On the topic of nappies

Earlier this month there was an explosion and fire at a chemical plant in Japan (one man died and others were injured) - this particular factory supplies 1/5 of the global market in disposable nappies. It has raised concerns about our dependency on disposable nappies (diapers for those in the USA).

In Britain alone, 3 billion nappies are thrown away each year*. Australia currently uses around 1 billion per year.  However, the USA uses 16 billion per year** with India and China overtaking the USA as they move to disposable nappies at a rapid rate. Considering that they are not bio-degradable and take many, many years to decompose, this is not good news for our environment or land-fill.

Approximately 90% of Australian parents use disposable nappies - I didn't for our first child, but I did with our second as it was easier and more convenient, especially during the monsoon season (when cloth nappies didn't dry very quickly) and when going out.  

Could we all live without disposable nappies and switch back to cloth nappies that our mothers once used (they managed ok!)?  With some struggle I would suggest. 

I read an interesting article on how disposable nappies nappies is changing behaviour: 

But possibly the biggest fallout from single-use nappies is the delaying of toilet training to the stage where many toddlers are now three-and-a-half, even four before they are nappy-free in daylight hours. This trend is not purely anecdotal but is supported by some recent findings. There is a body of research from North America and Europe strongly indicating that the age for the completion of training has been extended by about a year. In Australia Sydney researcher Anna Christie's research strongly supports a similar situation here. Anecdotal reporting by childcare workers who have been in the business for decades, concur with Christie's findings. (source)

Interestingly, the article goes on to say that pull-ups have extended the length of disposable nappies way longer that necessary and is now considered to be one of the causes of delayed toileting.  We didn't have pull-ups when my sons were little, but I would have liked them for my youngest at bedtime - very useful and would have saved many loads of washing and changing sheets in the middle of the night.

Are you a cloth or disposable nappy/diaper mum?  It's no longer an issue for me as my children are now all grown up, but it will be something for the next generation in the family to think about. 

* UK Women's Environmental Network
** US Environmental Protection Agency


  1. I used a mix ~ as much because the chemicals in disposables can cause an allergic reaction as anything else. I kept disposables for when we went out but mainly used cloth just round the house.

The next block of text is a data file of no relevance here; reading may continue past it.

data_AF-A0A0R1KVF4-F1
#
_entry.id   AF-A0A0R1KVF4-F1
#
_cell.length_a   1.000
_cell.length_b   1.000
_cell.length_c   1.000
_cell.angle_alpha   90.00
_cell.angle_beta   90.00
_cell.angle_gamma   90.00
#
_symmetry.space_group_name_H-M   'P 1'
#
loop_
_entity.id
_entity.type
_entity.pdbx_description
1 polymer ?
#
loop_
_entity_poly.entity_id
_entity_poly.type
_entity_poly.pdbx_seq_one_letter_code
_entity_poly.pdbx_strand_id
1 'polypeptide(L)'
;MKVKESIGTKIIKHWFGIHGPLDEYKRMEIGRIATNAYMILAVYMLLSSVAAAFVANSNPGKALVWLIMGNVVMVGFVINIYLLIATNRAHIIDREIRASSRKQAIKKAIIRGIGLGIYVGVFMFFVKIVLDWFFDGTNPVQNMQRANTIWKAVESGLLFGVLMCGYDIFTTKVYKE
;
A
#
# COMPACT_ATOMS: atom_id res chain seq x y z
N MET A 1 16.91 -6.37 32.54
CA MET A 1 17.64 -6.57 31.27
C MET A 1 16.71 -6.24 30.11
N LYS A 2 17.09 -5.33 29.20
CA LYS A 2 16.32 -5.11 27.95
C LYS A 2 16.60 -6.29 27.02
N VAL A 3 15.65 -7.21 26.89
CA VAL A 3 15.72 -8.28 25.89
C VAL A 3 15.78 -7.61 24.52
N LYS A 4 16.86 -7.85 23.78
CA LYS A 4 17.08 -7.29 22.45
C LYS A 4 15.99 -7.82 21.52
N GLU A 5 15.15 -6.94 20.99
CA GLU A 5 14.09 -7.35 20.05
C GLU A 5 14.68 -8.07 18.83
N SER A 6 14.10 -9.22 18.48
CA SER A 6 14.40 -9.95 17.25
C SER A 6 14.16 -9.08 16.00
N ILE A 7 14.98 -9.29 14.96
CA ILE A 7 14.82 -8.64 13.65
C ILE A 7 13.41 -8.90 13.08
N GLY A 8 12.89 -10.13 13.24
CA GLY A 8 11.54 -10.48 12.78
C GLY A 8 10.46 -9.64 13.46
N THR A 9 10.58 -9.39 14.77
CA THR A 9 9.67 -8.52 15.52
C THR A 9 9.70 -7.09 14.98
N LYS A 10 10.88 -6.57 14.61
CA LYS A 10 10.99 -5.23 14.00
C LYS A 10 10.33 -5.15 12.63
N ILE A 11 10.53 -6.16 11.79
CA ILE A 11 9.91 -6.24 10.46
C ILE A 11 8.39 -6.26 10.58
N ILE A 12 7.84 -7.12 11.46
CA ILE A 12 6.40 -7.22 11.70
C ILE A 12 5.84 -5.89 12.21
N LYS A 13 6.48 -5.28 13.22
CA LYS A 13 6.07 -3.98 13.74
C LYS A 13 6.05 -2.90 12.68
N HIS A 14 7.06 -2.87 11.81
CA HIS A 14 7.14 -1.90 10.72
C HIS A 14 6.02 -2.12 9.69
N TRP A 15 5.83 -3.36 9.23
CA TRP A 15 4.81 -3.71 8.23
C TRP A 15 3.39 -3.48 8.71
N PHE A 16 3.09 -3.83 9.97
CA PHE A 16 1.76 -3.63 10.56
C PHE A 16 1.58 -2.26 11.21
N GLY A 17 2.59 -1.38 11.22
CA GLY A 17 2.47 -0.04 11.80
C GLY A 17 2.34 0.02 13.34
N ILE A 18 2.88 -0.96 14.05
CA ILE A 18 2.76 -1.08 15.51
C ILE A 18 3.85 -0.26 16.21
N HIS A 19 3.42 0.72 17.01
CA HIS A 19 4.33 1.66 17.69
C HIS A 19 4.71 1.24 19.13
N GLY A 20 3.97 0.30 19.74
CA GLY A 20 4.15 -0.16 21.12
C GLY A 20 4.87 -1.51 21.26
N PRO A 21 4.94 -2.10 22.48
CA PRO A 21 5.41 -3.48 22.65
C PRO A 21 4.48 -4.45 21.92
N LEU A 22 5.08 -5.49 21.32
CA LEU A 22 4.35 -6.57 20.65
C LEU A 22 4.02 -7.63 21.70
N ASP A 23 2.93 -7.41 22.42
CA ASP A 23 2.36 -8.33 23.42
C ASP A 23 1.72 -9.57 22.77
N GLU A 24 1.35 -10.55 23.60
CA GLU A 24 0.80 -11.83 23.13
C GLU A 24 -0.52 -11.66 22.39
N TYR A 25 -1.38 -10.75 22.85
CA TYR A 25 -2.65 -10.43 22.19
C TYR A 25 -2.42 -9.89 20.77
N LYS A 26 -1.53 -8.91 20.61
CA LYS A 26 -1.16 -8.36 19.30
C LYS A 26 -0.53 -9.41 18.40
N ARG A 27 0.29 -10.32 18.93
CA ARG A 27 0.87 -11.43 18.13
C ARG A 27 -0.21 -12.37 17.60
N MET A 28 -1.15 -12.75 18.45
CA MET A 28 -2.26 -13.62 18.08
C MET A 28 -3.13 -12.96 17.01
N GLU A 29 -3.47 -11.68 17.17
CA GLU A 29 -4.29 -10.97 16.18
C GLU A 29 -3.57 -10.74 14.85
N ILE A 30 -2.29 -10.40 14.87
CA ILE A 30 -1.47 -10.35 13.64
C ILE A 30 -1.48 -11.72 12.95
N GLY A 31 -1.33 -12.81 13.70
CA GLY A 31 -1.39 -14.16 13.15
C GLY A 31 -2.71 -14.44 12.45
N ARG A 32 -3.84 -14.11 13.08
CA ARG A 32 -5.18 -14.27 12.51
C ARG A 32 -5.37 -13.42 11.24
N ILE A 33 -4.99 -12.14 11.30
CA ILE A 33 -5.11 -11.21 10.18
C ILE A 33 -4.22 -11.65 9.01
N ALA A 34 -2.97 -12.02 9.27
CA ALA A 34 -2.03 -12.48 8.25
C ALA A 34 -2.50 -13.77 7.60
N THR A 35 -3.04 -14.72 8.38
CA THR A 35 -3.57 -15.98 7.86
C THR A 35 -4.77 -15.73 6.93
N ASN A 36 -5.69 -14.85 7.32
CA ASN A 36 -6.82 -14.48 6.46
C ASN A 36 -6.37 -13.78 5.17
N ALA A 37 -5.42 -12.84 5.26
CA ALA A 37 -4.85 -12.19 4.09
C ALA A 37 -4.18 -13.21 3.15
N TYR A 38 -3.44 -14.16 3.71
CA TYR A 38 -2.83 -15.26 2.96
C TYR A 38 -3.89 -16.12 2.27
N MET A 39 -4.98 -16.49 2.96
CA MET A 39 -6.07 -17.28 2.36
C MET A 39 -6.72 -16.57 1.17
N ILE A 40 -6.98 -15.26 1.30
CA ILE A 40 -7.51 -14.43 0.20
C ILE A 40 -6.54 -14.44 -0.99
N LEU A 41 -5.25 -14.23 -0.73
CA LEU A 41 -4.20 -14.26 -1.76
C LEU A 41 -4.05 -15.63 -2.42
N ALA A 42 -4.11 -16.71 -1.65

Re the training: perhaps [just perhaps] the delay in training is because so many mums now work & are not around to do the on the spot training necessary to deal with a toddler & the toilet?

    1. I don't know - I know childcare centres are very keen to get toddlers out of nappies but I do wonder about the pull ups and what affect they are having (and costing).

      Its been such a long time since I toilet trained, I can't really remember when mine where toilet trained. But we lived in Darwin and that made it SO much easier as neither of my boys wore much clothing:)

  2. Cloth here. The modern cloth nappies are miles and miles better than the old cloth were. And there are so many varieties available. So far as I know they are cheaper too. I understand the convenience of disposables, but the cost is a concern - bringing up children is an expensive business as it is!

    1. And those cloth ones are SO HANDY once you no longer need them. They are great for polishing the car (no lint), mirrors, general cleaning/dusting. Very useful. And I still have the nappy bucket I used 20 years ago and going strong. I use it to soak all my hand washing in.

  3. I used both. I started out with old fashioned cloth ones, but they didn't soak up the moisture well enough and even when I changed them really frequently, both children got rashes from the moistness... So then I changed over the disposables and never had rash troubles again.
    As for the training, as far as I can tell, a lot of mothers don't seem to have a clue HOW to toilet train their children effectively - and yes, they use nappies or pull-ups and so the child doesn't have any consequences when they wet themselves... And so it takes longer to train. When I was ready to train, off came the nappies and pull-ups altogether (except when going out, at first)... So when they wet themselves, they KNEW about it.
    I also used Brolly sheets on the children's beds - kind of like a little protector sheet you put over top of your fitted sheet, under the child's bottom, so at nights you just whip it off and tuck another one in. SOOO much easier than changing all the bed linen!! :)

  4. Part of the delay in potty-training has to do with the fact that disposables diapers absorb the liquid and draw it away from the child. The child does not encounter the discomfort in wearing a wet diaper like with less absorbent materials.

    We used purely disposables but if I were a stay at home mom, I would have gone the cloth route.

    1. Couldn't agree more - they need to "feel" the consequences of what happens.

  5. I used disposables only as we lived in an apartment and washing and waiting for them to dry would have been a night mare!

    1. It was a like living in Darwin and trying to dry nappies in the wet season - it just didn't happen and made everything smell damp.

  6. This blog is really a great source of information for me.Thank you for sharing such a useful content.
    Disposable nappies


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